Although we present evidence on what the new dollars that flowed to school districts as the result of court-ordered finance reforms enabled districts to purchase, we cannot address the ultimate question of the impact of finance reforms on student performance. None of the studies considered here collected student achievement data. In New Jersey and Kentucky, changes in state testing programs during the study period make pre- and post-study period comparisons impossible.

The chapter begins with a summary of three models of district response to changes in state education aid, followed by a brief description of the methodology used in the three state case studies. The next three sections report on (1) the fiscal response of districts in the three states to their 1990 school finance reform laws, (2) how districts chose to allocate new state aid dollars, and (3) what districts bought with these new dollars. In the concluding section, we examine the implications of our findings for policy and research. Throughout, our focus is on school finance equity as it was defined in court decisions during the early 1990s; we cannot address more recent issues of finance adequacy that are emerging in these and other states. Accordingly, for the most part, we employ theories and measures developed for equity analyses.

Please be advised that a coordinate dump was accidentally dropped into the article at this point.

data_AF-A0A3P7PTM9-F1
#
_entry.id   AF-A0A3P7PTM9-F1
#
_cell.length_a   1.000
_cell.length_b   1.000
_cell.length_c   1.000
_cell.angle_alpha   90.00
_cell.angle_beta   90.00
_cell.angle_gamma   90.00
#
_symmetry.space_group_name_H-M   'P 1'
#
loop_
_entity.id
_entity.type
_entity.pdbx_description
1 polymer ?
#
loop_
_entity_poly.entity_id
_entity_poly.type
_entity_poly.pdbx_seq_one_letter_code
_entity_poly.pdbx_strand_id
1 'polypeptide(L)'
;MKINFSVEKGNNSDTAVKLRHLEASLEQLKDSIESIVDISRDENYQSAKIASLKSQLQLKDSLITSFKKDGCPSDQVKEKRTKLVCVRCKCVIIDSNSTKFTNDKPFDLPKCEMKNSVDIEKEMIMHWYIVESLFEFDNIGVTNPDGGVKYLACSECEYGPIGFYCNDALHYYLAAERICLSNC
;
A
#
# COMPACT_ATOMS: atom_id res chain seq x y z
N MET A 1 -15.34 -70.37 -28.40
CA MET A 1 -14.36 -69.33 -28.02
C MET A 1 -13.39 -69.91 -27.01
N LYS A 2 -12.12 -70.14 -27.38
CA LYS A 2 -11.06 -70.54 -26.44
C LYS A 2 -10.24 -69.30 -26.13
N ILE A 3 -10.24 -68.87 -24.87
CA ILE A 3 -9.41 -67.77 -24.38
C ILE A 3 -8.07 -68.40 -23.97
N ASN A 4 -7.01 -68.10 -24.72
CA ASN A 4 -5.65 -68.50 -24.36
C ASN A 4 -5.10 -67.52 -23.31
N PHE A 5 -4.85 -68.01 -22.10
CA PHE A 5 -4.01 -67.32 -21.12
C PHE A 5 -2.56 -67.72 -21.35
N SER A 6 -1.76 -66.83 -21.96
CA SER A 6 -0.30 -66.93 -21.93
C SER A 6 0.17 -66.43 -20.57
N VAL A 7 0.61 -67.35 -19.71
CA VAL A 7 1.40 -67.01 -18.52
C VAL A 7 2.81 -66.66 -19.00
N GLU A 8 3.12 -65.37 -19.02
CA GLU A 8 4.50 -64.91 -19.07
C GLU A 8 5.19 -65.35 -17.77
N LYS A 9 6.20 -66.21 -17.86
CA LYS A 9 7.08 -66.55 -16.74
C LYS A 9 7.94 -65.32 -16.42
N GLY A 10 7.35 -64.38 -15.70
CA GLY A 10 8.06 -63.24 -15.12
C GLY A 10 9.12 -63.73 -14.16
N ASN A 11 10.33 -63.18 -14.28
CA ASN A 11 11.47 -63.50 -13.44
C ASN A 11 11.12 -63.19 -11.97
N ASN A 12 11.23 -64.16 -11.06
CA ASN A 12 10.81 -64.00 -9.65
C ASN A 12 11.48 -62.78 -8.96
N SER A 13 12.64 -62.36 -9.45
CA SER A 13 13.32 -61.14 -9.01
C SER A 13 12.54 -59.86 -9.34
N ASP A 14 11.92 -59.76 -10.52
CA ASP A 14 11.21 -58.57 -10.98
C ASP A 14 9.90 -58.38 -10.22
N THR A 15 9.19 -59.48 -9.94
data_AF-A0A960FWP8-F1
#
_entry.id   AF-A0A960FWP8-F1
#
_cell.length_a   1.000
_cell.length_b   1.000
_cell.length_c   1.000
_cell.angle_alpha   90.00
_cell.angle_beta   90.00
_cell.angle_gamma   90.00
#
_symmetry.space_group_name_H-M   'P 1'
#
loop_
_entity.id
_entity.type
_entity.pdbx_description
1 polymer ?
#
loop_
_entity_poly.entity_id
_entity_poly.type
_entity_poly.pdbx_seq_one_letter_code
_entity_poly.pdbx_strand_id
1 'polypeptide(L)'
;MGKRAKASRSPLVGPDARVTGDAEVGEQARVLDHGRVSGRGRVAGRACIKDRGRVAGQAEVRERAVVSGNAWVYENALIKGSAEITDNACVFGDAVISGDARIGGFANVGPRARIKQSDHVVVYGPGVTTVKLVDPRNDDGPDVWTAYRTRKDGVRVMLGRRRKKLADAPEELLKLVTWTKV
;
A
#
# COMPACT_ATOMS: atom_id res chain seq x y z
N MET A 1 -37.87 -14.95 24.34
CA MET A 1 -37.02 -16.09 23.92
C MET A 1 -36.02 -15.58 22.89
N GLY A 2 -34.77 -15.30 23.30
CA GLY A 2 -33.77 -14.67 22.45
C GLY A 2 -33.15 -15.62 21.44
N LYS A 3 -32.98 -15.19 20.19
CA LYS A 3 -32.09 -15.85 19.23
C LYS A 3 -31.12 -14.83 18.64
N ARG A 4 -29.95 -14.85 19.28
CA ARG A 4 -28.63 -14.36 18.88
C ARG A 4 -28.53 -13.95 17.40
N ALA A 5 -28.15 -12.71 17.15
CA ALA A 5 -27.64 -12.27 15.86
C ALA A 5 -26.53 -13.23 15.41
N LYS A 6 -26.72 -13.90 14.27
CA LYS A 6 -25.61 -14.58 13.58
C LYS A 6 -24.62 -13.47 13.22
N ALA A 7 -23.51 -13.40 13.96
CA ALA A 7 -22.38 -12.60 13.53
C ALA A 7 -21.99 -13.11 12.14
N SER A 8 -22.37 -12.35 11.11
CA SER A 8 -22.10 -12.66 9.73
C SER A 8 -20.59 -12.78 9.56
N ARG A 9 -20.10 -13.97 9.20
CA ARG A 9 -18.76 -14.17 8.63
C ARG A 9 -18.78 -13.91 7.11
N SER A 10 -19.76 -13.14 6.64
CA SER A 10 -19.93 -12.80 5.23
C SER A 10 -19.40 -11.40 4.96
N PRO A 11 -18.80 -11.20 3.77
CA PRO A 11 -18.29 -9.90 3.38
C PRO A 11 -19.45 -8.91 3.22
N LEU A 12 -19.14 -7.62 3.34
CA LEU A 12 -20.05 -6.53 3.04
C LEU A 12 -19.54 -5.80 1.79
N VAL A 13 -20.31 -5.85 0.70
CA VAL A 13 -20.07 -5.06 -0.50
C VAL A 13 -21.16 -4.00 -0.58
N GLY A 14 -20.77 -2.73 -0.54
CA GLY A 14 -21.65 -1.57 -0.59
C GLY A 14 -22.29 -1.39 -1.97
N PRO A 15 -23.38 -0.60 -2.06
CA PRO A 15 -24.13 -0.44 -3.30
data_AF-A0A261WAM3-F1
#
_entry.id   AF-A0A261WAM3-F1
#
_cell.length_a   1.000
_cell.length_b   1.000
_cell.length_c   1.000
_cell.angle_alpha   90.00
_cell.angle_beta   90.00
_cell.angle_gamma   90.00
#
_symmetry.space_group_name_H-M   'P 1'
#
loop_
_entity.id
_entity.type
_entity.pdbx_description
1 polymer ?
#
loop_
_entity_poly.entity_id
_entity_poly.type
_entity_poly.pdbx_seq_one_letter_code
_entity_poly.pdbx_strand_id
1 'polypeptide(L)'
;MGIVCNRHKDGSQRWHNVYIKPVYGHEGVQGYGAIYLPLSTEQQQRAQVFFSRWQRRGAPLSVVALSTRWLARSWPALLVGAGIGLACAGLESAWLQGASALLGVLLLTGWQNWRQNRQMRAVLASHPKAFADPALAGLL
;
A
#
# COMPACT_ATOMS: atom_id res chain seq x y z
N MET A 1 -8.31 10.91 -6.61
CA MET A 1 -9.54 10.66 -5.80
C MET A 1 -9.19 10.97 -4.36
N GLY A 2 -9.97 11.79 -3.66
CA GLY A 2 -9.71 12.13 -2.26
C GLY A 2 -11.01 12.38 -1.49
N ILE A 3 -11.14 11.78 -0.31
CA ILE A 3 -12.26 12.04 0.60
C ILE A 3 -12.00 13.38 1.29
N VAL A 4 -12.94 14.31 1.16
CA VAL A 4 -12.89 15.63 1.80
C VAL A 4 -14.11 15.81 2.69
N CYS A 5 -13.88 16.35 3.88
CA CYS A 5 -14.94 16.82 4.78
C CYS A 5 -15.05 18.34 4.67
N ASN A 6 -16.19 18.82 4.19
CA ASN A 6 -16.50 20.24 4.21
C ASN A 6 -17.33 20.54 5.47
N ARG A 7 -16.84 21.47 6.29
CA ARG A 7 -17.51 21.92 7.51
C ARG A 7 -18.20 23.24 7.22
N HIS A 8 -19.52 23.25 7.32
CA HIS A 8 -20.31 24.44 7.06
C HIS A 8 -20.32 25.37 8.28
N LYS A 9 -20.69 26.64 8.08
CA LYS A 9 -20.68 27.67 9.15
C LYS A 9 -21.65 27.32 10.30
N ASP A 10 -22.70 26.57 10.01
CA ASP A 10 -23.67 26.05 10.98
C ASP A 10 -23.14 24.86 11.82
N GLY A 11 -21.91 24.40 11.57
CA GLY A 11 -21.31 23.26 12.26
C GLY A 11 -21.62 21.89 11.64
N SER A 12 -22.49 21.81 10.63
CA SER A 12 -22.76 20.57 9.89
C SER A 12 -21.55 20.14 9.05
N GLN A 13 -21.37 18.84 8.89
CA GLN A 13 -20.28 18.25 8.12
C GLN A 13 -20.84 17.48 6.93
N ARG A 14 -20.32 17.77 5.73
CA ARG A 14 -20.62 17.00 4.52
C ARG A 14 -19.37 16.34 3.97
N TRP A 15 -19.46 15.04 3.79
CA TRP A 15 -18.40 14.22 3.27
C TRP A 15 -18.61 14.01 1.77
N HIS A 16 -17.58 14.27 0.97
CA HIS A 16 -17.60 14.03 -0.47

Models Of District Response To Changes In State Aid

Researchers have developed three models that are intended to explain how school districts respond to changes in available resources: intergovernmental grant theory, expenditure models, and decision-making models. This chapter relies on intergovernmental grant theory to understand how districts respond to changes in state aid; it makes use of expenditure models and decision-making models to interpret district responses to increases in resources. Clearly, the court cases reviewed here that attempted to change the way states raise and allocate dollars to districts are only one of a number of factors that affected district expenditure patterns during the early 1990s. Although we acknowledge that other factors also affected district actions, we do not review data on how spending might have changed in the absence of court cases, and so we restrict our analyses primarily to the impact of the court cases.


school finance reforms in the 1990s? Did the level of revenues available to districts from state and local sources change? By how much and why? Did expenditure patterns change? What did the new dollars buy?


What factors influenced these changes in revenues and expenditure decisions? What roles did state fiscal and nonfiscal education policies, district context, and district fiscal and administrative capacities play?


What are the implications of these findings for school finance reform policy and for research on the impact of finance reform policies?

The National Academies of Sciences, Engineering, and Medicine
500 Fifth St. N.W. | Washington, D.C. 20001

Copyright © National Academy of Sciences. All rights reserved.
Terms of Use and Privacy Statement